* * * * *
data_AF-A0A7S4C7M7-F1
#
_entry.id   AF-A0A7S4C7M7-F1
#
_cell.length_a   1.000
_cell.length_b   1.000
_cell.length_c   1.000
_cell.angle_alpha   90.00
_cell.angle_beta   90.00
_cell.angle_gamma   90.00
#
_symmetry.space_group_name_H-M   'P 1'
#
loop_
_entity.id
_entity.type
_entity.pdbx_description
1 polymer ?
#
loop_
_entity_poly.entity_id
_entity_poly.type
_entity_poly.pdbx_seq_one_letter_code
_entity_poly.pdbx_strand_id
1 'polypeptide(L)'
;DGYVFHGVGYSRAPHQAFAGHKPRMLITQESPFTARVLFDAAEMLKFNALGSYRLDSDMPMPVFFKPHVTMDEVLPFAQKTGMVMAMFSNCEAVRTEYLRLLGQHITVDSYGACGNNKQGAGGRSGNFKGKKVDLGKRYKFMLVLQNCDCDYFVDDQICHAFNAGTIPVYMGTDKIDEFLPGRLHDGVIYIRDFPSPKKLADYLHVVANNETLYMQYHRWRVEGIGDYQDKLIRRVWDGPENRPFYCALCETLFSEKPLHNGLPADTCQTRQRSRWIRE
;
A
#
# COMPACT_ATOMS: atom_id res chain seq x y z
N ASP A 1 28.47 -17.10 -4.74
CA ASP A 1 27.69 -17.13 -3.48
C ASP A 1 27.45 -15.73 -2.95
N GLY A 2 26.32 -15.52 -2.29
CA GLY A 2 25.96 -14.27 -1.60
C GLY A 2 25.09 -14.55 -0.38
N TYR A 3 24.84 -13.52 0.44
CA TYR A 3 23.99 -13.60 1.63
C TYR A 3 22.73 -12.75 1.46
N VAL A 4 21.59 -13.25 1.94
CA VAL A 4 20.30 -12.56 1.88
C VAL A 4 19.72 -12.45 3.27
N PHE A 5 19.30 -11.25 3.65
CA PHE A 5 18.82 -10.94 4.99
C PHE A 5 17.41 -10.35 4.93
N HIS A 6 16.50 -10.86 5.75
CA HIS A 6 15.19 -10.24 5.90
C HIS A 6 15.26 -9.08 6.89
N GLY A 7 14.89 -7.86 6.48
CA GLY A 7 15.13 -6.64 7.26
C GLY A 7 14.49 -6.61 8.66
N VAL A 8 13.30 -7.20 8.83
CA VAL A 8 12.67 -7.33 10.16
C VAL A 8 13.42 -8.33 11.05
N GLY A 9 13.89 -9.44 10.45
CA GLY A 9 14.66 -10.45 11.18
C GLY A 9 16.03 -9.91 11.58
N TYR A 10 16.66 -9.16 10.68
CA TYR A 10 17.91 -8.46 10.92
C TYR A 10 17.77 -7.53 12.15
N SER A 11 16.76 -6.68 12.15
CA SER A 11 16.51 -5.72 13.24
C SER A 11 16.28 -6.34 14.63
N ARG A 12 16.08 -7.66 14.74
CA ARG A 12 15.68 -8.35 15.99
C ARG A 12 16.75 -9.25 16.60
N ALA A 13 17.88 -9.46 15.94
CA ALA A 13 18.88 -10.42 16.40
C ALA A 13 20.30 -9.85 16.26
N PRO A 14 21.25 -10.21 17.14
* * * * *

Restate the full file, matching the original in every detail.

data_AF-A0A7S4C7M7-F1
#
_entry.id   AF-A0A7S4C7M7-F1
#
_cell.length_a   1.000
_cell.length_b   1.000
_cell.length_c   1.000
_cell.angle_alpha   90.00
_cell.angle_beta   90.00
_cell.angle_gamma   90.00
#
_symmetry.space_group_name_H-M   'P 1'
#
loop_
_entity.id
_entity.type
_entity.pdbx_description
1 polymer ?
#
loop_
_entity_poly.entity_id
_entity_poly.type
_entity_poly.pdbx_seq_one_letter_code
_entity_poly.pdbx_strand_id
1 'polypeptide(L)'
;DGYVFHGVGYSRAPHQAFAGHKPRMLITQESPFTARVLFDAAEMLKFNALGSYRLDSDMPMPVFFKPHVTMDEVLPFAQKTGMVMAMFSNCEAVRTEYLRLLGQHITVDSYGACGNNKQGAGGRSGNFKGKKVDLGKRYKFMLVLQNCDCDYFVDDQICHAFNAGTIPVYMGTDKIDEFLPGRLHDGVIYIRDFPSPKKLADYLHVVANNETLYMQYHRWRVEGIGDYQDKLIRRVWDGPENRPFYCALCETLFSEKPLHNGLPADTCQTRQRSRWIRE
;
A
#
# COMPACT_ATOMS: atom_id res chain seq x y z
N ASP A 1 28.47 -17.10 -4.74
CA ASP A 1 27.69 -17.13 -3.48
C ASP A 1 27.45 -15.73 -2.95
N GLY A 2 26.32 -15.52 -2.29
CA GLY A 2 25.96 -14.27 -1.60
C GLY A 2 25.09 -14.55 -0.38
N TYR A 3 24.84 -13.52 0.44
CA TYR A 3 23.99 -13.60 1.63
C TYR A 3 22.73 -12.75 1.46
N VAL A 4 21.59 -13.25 1.94
CA VAL A 4 20.30 -12.56 1.88
C VAL A 4 19.72 -12.45 3.27
N PHE A 5 19.30 -11.25 3.65
CA PHE A 5 18.82 -10.94 4.99
C PHE A 5 17.41 -10.35 4.93
N HIS A 6 16.50 -10.86 5.75
CA HIS A 6 15.19 -10.24 5.90
C HIS A 6 15.26 -9.08 6.89
N GLY A 7 14.89 -7.86 6.48
CA GLY A 7 15.13 -6.64 7.26
C GLY A 7 14.49 -6.61 8.66
N VAL A 8 13.30 -7.20 8.83
CA VAL A 8 12.67 -7.33 10.16
C VAL A 8 13.42 -8.33 11.05
N GLY A 9 13.89 -9.44 10.45
CA GLY A 9 14.66 -10.45 11.18
C GLY A 9 16.03 -9.91 11.58
N TYR A 10 16.66 -9.16 10.68
CA TYR A 10 17.91 -8.46 10.92
C TYR A 10 17.77 -7.53 12.15
N SER A 11 16.76 -6.68 12.15
CA SER A 11 16.51 -5.72 13.24
C SER A 11 16.28 -6.34 14.63
N ARG A 12 16.08 -7.66 14.74
CA ARG A 12 15.68 -8.35 15.99
C ARG A 12 16.75 -9.25 16.60
N ALA A 13 17.88 -9.46 15.94
CA ALA A 13 18.88 -10.42 16.40
C ALA A 13 20.30 -9.85 16.26
N PRO A 14 21.25 -10.21 17.14